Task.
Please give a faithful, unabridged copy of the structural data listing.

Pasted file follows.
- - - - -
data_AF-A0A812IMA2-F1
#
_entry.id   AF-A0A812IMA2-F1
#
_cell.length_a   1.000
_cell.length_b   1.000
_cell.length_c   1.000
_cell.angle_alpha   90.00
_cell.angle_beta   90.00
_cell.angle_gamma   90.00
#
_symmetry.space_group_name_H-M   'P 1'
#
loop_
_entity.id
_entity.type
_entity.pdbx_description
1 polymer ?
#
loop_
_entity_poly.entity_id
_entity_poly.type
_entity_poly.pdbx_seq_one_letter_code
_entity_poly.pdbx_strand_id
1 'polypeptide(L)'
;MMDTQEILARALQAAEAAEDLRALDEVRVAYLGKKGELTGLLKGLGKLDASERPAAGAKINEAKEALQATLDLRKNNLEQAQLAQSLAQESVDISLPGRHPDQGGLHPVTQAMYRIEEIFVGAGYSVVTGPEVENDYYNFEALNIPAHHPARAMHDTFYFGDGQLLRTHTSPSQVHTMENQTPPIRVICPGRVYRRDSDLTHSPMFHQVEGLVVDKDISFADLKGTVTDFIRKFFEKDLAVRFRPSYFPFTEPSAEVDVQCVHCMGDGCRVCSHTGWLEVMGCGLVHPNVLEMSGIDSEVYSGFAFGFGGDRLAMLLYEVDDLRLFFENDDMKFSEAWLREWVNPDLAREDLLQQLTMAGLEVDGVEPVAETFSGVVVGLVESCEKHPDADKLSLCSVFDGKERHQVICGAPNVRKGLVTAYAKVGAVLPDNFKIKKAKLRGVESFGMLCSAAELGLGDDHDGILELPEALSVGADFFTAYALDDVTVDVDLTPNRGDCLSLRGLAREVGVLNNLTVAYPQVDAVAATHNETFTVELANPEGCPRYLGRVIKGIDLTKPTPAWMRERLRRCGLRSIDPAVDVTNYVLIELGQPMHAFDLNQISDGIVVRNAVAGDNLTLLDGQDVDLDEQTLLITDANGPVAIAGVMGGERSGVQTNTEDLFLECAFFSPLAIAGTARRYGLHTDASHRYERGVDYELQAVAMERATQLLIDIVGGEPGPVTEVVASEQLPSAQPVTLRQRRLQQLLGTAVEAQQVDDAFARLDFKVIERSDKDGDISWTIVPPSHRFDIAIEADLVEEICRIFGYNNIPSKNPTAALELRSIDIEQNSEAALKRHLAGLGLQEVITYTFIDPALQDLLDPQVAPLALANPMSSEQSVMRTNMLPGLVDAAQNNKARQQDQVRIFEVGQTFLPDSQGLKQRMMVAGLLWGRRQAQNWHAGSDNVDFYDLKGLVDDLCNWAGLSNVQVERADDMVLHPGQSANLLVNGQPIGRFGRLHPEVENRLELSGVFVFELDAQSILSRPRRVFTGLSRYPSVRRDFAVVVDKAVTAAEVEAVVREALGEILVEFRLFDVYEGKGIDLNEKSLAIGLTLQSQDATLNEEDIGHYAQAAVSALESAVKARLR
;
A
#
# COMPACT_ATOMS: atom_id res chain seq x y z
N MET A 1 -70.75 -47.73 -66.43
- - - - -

data_AF-A0A812IMA2-F1
#
_entry.id   AF-A0A812IMA2-F1
#
_cell.length_a   1.000
_cell.length_b   1.000
_cell.length_c   1.000
_cell.angle_alpha   90.00
_cell.angle_beta   90.00
_cell.angle_gamma   90.00
#
_symmetry.space_group_name_H-M   'P 1'
#
loop_
_entity.id
_entity.type
_entity.pdbx_description
1 polymer ?
#
loop_
_entity_poly.entity_id
_entity_poly.type
_entity_poly.pdbx_seq_one_letter_code
_entity_poly.pdbx_strand_id
1 'polypeptide(L)'
;MMDTQEILARALQAAEAAEDLRALDEVRVAYLGKKGELTGLLKGLGKLDASERPAAGAKINEAKEALQATLDLRKNNLEQAQLAQSLAQESVDISLPGRHPDQGGLHPVTQAMYRIEEIFVGAGYSVVTGPEVENDYYNFEALNIPAHHPARAMHDTFYFGDGQLLRTHTSPSQVHTMENQTPPIRVICPGRVYRRDSDLTHSPMFHQVEGLVVDKDISFADLKGTVTDFIRKFFEKDLAVRFRPSYFPFTEPSAEVDVQCVHCMGDGCRVCSHTGWLEVMGCGLVHPNVLEMSGIDSEVYSGFAFGFGGDRLAMLLYEVDDLRLFFENDDMKFSEAWLREWVNPDLAREDLLQQLTMAGLEVDGVEPVAETFSGVVVGLVESCEKHPDADKLSLCSVFDGKERHQVICGAPNVRKGLVTAYAKVGAVLPDNFKIKKAKLRGVESFGMLCSAAELGLGDDHDGILELPEALSVGADFFTAYALDDVTVDVDLTPNRGDCLSLRGLAREVGVLNNLTVAYPQVDAVAATHNETFTVELANPEGCPRYLGRVIKGIDLTKPTPAWMRERLRRCGLRSIDPAVDVTNYVLIELGQPMHAFDLNQISDGIVVRNAVAGDNLTLLDGQDVDLDEQTLLITDANGPVAIAGVMGGERSGVQTNTEDLFLECAFFSPLAIAGTARRYGLHTDASHRYERGVDYELQAVAMERATQLLIDIVGGEPGPVTEVVASEQLPSAQPVTLRQRRLQQLLGTAVEAQQVDDAFARLDFKVIERSDKDGDISWTIVPPSHRFDIAIEADLVEEICRIFGYNNIPSKNPTAALELRSIDIEQNSEAALKRHLAGLGLQEVITYTFIDPALQDLLDPQVAPLALANPMSSEQSVMRTNMLPGLVDAAQNNKARQQDQVRIFEVGQTFLPDSQGLKQRMMVAGLLWGRRQAQNWHAGSDNVDFYDLKGLVDDLCNWAGLSNVQVERADDMVLHPGQSANLLVNGQPIGRFGRLHPEVENRLELSGVFVFELDAQSILSRPRRVFTGLSRYPSVRRDFAVVVDKAVTAAEVEAVVREALGEILVEFRLFDVYEGKGIDLNEKSLAIGLTLQSQDATLNEEDIGHYAQAAVSALESAVKARLR
;
A
#
# COMPACT_ATOMS: atom_id res chain seq x y z
N MET A 1 -70.75 -47.73 -66.43